The pottery can be divided into a dark fine ware which is almost always undecorated (bowls and little jugs) and a coarse ware which occurs more often. This latter ware is coloured unevenly in gray to red and the clay is grogged with gravel and crushed pottery fragments. The vessels are mostly large and decorated with knobs and horizontal applied bands at the rim. A special type we have to mention consists of Runcuri type pottery decorated with white encrusted motifs. With it we can identify cultural relations with Transylvania (esp. Jigodin) and the Carpathian Basin (Vučedol ff.; Băjenaru 2003a). Copper artefacts are represented by flat axes (and also their moulds) and Dumbrăvioara and Veselinovo type axes with shaft holes. Furthermore we find small tools (awls et cetera) and one dagger which supposedly points to south-eastern influences. Typical early Bronze Age finds are also arrow heads with a concave base, zoomorphic figurines, clay axes, wheel models and curved knives. Especially important due to the frequency of the types in the successive middle Bronze Age cultures are a portable hearth from Căscioarele, clay lids and quite a few clay cart models (Schuster 1996, 117). Good tables of these types can be found in P. Roman’s book (Roman 1976). However, many of the types have been dealt with separately in the course of time, e. g. the stone tools or the figurines (Schuster 1998a und 1998b). An inner classification of the culture is elusive due to the uniformity of the material. Still the culture was subdivided into four phases (Schuster 1995, 129). The existing vertical stratigraphies, e. g. in Odaia Turcului (jud. Dâmboviţa), Năeni-Zănoaga (jud. Buzău), Ostrovul Corbului (jud. Mehedinţi), Braneţ (jud. Olt) or Verbicioara (jud. Dolj) are of no real help in this respect (Băjenaru 2003a, 15); however, they do help with an extern chronological classification. In Braneţ, three Glina layers are lying over two Coţofeni culture layers (Băjenaru 2003, 141 rem. 3); in Verbicioara, one Glina layer is located between layers of the Coţofeni and the Verbicioara culture (Tasić 1984, 84). Especially important are the stratigraphies in Năeni and Odaia Turcului. With these, the Năeni resp. Odaia-Turcului-Gruppe could be defined.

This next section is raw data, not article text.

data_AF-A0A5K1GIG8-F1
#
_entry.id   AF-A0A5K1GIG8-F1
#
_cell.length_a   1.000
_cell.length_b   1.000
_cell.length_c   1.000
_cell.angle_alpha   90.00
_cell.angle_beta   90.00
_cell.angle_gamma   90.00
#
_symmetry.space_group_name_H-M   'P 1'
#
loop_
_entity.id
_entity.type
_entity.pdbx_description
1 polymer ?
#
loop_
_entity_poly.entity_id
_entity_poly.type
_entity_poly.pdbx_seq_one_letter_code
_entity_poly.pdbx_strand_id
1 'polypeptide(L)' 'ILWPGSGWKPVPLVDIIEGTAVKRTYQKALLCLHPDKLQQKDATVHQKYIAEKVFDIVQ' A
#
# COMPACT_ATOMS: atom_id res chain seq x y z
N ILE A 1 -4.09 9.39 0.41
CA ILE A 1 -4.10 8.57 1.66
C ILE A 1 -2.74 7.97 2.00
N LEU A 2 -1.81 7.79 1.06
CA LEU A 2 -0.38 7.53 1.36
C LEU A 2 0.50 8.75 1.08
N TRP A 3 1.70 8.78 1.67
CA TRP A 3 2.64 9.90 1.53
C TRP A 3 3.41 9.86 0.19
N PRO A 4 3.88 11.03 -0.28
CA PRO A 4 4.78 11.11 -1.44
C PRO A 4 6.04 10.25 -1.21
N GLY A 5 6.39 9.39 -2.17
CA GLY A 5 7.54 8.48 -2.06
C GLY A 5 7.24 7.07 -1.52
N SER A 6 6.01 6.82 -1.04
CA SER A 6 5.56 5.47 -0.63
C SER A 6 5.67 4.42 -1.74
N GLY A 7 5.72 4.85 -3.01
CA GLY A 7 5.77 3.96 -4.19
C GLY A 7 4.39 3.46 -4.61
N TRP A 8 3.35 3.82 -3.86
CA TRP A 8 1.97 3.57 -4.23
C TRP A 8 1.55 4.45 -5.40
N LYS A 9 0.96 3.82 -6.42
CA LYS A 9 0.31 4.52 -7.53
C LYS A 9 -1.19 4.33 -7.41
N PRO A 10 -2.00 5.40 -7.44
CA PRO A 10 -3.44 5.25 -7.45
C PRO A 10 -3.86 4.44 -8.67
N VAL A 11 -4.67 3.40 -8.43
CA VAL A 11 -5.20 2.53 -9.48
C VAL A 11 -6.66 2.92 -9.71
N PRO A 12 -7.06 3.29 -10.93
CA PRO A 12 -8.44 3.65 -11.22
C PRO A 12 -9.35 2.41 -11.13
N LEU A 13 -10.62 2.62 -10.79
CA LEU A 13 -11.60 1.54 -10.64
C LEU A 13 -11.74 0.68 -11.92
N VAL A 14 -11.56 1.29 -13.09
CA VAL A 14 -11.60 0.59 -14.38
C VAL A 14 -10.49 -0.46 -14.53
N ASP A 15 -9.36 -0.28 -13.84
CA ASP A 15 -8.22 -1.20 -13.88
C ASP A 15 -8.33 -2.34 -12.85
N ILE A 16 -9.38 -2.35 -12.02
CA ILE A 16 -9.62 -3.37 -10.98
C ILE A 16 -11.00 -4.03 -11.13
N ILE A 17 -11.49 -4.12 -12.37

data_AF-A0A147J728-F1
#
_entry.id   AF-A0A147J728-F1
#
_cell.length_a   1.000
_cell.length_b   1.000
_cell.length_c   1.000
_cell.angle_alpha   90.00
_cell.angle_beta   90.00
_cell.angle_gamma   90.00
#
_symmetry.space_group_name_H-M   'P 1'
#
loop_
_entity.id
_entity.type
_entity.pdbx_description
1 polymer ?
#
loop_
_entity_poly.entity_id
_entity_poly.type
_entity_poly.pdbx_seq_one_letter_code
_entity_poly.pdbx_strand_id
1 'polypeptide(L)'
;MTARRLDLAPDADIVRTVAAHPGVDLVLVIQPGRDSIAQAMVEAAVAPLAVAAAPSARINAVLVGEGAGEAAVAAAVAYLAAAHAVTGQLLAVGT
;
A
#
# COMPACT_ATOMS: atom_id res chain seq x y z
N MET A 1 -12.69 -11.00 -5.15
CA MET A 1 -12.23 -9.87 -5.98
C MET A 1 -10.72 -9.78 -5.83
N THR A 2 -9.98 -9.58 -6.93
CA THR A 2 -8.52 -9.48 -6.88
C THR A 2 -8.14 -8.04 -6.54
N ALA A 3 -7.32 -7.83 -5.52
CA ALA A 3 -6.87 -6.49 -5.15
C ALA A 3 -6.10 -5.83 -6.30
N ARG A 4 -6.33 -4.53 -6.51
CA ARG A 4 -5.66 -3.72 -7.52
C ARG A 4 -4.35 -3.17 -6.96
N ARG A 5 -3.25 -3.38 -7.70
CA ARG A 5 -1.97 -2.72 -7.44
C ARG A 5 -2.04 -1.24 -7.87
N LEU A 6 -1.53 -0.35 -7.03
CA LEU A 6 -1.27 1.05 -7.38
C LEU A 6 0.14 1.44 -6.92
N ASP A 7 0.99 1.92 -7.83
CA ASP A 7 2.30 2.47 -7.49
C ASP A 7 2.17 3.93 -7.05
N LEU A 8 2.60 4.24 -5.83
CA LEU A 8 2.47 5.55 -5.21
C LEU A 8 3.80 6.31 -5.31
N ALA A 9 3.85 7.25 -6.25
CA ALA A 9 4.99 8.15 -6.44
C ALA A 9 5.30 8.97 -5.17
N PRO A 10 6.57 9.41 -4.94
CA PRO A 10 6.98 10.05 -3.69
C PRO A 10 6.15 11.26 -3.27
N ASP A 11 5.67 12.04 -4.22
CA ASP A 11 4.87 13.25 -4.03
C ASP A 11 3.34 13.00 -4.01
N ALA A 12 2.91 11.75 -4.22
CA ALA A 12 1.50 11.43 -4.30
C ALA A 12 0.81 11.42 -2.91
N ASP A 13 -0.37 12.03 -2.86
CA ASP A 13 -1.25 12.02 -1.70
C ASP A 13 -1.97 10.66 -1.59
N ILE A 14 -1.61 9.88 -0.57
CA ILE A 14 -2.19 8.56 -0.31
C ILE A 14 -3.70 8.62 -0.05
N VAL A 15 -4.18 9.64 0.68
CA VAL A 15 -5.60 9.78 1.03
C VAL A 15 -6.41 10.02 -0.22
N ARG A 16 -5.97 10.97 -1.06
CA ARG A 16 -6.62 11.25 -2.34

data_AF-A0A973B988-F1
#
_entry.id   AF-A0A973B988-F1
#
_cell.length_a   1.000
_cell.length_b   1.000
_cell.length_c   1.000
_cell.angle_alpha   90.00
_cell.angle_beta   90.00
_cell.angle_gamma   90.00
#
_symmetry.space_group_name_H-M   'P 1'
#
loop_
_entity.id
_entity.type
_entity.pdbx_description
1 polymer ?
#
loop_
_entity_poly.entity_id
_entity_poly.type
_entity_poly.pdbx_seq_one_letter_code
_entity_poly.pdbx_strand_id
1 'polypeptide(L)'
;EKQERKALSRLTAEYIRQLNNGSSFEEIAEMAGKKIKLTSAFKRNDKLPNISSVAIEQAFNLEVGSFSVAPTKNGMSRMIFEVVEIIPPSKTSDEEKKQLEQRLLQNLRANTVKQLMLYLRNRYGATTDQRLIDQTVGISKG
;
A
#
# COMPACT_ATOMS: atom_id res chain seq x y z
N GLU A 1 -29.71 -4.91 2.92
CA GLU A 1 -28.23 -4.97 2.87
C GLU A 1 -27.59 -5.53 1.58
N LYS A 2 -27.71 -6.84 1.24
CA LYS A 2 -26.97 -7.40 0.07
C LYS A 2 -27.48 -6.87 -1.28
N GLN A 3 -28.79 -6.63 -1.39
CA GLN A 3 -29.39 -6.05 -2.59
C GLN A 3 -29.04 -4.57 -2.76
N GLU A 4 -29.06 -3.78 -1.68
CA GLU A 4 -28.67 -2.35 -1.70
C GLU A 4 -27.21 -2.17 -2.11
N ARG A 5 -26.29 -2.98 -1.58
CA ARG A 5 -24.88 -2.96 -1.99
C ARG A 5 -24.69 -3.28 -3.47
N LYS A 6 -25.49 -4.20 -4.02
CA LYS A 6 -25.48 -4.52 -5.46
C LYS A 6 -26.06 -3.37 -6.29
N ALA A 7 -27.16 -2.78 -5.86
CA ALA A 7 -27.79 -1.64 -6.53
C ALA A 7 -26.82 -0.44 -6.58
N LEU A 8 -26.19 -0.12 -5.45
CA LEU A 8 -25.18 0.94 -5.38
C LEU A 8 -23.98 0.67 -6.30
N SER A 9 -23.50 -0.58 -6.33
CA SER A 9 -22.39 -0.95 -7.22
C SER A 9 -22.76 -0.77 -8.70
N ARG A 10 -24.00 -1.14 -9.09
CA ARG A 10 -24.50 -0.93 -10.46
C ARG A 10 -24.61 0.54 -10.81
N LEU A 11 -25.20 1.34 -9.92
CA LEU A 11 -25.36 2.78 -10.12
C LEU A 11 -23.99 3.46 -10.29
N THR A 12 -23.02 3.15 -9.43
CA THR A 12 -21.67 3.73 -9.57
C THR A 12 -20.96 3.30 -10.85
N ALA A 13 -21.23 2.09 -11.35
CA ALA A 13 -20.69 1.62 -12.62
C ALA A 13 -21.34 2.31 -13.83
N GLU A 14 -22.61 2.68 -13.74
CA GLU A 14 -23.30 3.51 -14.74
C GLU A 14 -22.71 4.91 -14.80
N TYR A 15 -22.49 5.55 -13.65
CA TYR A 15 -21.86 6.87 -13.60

We assume that the Glina group whose origin is still unknown but is connected with Cernavodă II might have emerged in Muntenia. In this context, the finds connected to the Zimnicea-Mlăjet type which are foreigners in the Coţofeni regions seem to play a certain role. From Muntenia the group spreads to the west, into the Coţofeni area which supposedly is connected to influences by the direct eastern neighbour, the Yamnaya culture (Schuster 2000). This shift to the west leads to a longer development of the Coţofeni culture in the west, in Transylvania as well as in Wallachia, where it is succeeded quickly, even before the emergence of the Glina culture, by the Zimnicea-Mlăjet and the Zăbala groups. Due to this contemporaneousness of younger Coţofeni periods in the west with older Glina phases in the east, Coţofeni III pottery fragments in Glina find ensembles are stratigraphically no problem. R. Băjenaru argues againts this classical sequence since he refutes a contemporaneousness of Glina and Coţofeni (Băjenaru 2003a, 17).